- WordPress for Photographers: Why
- As of the end of 2012:
- Some additional benefits of WordPress are:
- .COM vs .ORG
- WordPress Hosting Basics
- Installing WordPress
- Digging In
- WordPress Themes
- Installing Themes
- WordPress Plugins
- WordPress Pages
- Home Page
- WordPress Posts
- WordPress Categories
- WordPress Tags
- Pros & Cons
- WordPress Galleries
- Learn More
I have been working on a new course on WordPress for photographers which will be released under Photocrati.
So it got me thinking on how much I have already written about WordPress for photographers.
I’ve already written about specific themes and plugins. So in this article, I’m going to talk about some basics, and tips and tricks to help supercharge your photography website.
Giving my website a jump thanks to this WordPress article on photography websites – tweet this
WordPress for Photographers: Why
First, why use WordPress for photographers over competitors like Squarespace, Livebooks, Bigfolio, 500px or any other website platform? Here are some statistics to get that answer rolling in your head.
As of the end of 2012:
- About 80 million websites are using WordPress
- WordPress holds about 53.8% of the blogging market
- There are about 350 million free plugins available for WordPress
- There are about 50 million free themes available for WordPress
Some additional benefits of WordPress are:
- Naturally SEO friendly
- Very flexible in every way you can think of
- Supported by a huge community ready and willing to help
- Easy to use and fairly simple to customize or learn
- It’s 100% free
- Easy to host
.COM vs .ORG
There is a huge difference between a WordPress.com website and a WordPress.org website.
- WordPress.com – they host the website for you, and you are limited to what themes, plugins and customizations you can use and do.
- WordPress.org – software that you install on your own host and the possibilities are endless.
If you don’t need 100% control, then WordPress.com can be a good choice, and you can still use your own domain name. If you do need or want control over every possible aspect of your website, then using the WordPress.org software is the best choice.
WordPress Hosting Basics
There are six major pieces to consider when you’re picking a WordPress host:
There are four basic types of hosting accounts to choose from:
- Shared Hosting – The most common hosting solution where the ost compelling feature is price (it’s cheap). For $10 a month or less, you share a single server with a few hundred other small sites. Pages will take several seconds to load, and the customer is responsible for keeping a website secure and updated. If the website gets a major spike in traffic there is a high risk that it may crash.
- VPS (Virtual Private Server) – This one gives you more control over your site with more server resources, since you’re only sharing the server with a few other sites and not hundreds. Site’s on a VPS can handle higher loads of traffic than a shared hosting account. The cost of a VPS is typically between $20 and $100 a month, and also require you to perform your own security measures and updates.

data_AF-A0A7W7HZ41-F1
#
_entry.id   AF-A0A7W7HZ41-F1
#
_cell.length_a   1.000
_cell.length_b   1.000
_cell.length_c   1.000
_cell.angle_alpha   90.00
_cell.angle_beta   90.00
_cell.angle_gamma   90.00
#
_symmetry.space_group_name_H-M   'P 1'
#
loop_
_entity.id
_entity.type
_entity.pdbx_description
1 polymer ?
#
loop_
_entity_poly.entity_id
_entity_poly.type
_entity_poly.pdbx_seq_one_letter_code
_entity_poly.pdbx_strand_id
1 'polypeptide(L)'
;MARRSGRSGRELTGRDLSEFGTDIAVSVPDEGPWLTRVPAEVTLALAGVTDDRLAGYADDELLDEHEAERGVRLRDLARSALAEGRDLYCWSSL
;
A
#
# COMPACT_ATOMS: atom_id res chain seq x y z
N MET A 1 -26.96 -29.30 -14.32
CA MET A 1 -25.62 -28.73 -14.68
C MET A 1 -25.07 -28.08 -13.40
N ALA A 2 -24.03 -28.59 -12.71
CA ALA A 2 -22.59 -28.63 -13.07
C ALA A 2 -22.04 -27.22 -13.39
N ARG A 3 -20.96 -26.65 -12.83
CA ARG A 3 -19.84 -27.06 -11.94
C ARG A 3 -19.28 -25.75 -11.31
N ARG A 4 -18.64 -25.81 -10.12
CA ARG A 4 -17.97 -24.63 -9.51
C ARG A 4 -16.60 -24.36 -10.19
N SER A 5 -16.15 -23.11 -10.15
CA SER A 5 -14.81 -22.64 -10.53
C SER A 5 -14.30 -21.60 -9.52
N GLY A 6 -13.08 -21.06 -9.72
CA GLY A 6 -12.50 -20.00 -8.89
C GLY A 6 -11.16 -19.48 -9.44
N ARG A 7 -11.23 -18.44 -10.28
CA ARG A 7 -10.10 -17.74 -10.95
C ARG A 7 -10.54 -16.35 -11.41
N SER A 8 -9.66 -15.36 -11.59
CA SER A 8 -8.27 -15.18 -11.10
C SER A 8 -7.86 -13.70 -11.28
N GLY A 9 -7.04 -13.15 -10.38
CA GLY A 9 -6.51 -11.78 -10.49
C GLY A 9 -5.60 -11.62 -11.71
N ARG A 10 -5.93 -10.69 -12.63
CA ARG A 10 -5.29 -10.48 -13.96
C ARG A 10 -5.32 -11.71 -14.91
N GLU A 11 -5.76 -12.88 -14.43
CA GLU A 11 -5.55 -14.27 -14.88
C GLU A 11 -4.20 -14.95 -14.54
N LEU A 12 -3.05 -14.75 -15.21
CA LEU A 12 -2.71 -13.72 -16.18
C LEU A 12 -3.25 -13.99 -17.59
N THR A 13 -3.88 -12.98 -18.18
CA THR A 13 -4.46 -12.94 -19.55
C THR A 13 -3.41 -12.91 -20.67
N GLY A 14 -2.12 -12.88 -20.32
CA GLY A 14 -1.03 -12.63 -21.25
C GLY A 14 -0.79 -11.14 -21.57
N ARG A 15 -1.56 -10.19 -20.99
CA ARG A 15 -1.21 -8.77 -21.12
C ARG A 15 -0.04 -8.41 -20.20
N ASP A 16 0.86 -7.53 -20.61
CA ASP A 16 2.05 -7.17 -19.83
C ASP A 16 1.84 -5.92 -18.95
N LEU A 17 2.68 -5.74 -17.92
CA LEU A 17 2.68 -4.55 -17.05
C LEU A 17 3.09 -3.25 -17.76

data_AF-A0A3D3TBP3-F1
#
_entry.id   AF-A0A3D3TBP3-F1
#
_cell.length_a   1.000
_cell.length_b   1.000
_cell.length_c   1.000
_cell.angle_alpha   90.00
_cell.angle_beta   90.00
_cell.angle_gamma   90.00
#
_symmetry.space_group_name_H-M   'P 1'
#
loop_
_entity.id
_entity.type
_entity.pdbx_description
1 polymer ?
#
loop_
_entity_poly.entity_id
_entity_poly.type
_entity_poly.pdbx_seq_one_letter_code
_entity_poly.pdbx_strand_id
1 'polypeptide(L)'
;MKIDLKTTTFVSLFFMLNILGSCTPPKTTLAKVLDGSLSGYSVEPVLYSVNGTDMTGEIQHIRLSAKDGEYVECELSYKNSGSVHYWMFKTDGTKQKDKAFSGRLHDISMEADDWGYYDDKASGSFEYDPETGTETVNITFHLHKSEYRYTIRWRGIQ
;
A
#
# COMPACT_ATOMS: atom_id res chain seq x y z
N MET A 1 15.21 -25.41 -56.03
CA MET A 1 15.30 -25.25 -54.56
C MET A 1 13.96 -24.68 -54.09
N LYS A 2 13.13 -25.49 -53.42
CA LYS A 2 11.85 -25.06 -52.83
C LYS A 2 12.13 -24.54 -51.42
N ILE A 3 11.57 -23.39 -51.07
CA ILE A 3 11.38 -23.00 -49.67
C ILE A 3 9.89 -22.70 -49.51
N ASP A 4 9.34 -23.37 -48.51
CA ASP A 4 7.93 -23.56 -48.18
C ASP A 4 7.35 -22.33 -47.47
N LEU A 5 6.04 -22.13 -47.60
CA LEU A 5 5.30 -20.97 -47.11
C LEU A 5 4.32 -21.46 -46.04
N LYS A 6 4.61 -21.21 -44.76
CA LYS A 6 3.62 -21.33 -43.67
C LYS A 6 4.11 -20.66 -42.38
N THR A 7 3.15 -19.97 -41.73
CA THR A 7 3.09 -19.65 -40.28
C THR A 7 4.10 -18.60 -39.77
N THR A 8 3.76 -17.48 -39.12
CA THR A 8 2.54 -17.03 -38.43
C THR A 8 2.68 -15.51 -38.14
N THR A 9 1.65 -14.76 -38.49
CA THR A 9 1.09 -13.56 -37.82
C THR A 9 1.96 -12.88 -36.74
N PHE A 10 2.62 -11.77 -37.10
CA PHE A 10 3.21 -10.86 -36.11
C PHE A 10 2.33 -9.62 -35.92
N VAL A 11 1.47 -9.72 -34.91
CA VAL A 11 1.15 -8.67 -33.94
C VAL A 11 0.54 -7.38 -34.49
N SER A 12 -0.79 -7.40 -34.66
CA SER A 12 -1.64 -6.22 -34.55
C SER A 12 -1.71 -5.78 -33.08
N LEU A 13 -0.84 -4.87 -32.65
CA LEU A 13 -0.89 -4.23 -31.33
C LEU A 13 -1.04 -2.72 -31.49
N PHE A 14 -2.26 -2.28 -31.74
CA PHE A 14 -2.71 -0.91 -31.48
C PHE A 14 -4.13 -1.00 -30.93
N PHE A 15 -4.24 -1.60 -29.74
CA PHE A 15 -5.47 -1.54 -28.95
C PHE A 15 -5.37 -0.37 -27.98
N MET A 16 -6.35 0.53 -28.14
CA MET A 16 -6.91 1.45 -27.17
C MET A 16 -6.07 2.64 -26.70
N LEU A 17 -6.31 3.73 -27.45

- Dedicated Hosting – If you need complete control over the technical aspects of your hosting, then this is the one for you. If you understand the technical aspects of servers, then go for it. However, if you are reading this article it is likely that a dedicated host is not the best choice for you. These also cost between $250 and $300 a month, to start.
- Managed Hosting – This is the hosting type I am using. It also assumes that your site is running on WordPress and managed hosting companies, like WP Engine take care of all the technical details of the hosting and makes sure that your WordPress site is served quickly, usually under a second, and that speed scales with high traffic loads. So if your photograph is featured on the Boston Big Picture, the site will be able to handle all the traffic. WP Engine will also manage the security for you, and automatically update WordPress when the latest version is released. Knowing that your site is being cared for by WordPress hosting specialist means that you don’t have to worry about hackers or security. WP Engine even guarantees their security, and provides backups at no additional charge.
Think about what you need for your WordPress photography website. The contact each hosting company in consideration and ask questions. When ready, choose the host that works best for your needs.
Read my article WordPress hosting for photographers to learn more about why I picked WP Engine.
Once you have decided on WordPress, it is time to install it – which is fairly straight forward. In fact, many hosting providers have a one-click installation option so they do the leg work for you. If not, WordPress installs in 5 minutes or less. Here is a video that we created a Photocrati, that guides through the installation of WordPress on a typical host.
It is worth noting, that if you are using a WordPress managed host, like WP Engine (which I am) then WordPress will already be installed for you.
Once you have installed WordPress, you can log in using your newly created user name and password by visiting yourdomain.com/wp-admin.
Now that you know why, let’s dig in to some of the basics of WordPress for photographers.
WordPress photography themes are the look for your website. They are where you get your options for color, branding, layouts and core functionality.
When picking a WordPress theme for your photography website, here are some things to look for.
- Quality support and reviews
- Designed for you, the photographer
- Has the flexibility to create your desired look and is easy to customize
- Is search engine friendly in its core components
- Has gallery management and multiple gallery styles with eCommerce functions
- Has some form of social media built-in
For more on themes, read my article WordPress themes for photographers.
Usually it’s only a few clicks to install a theme. Sometimes, though, theme developers make it more difficult and require FTP uploading. However, WordPress has a very easy uploader built-in that handles the job for you. Here is a video we created a Photocrati that shows how to install the theme.
Plugins are the tool that you activate on your WordPress site that adds extra functionality to the front or back end. So, for example, the WordPress gallery plugin that Photocrati develops will provide gallery management and styling functionality to any WordPress theme. Or maybe you want to add improved or additional SEO functionality to your theme, then there are great WordPress SEO plugins to get that task done.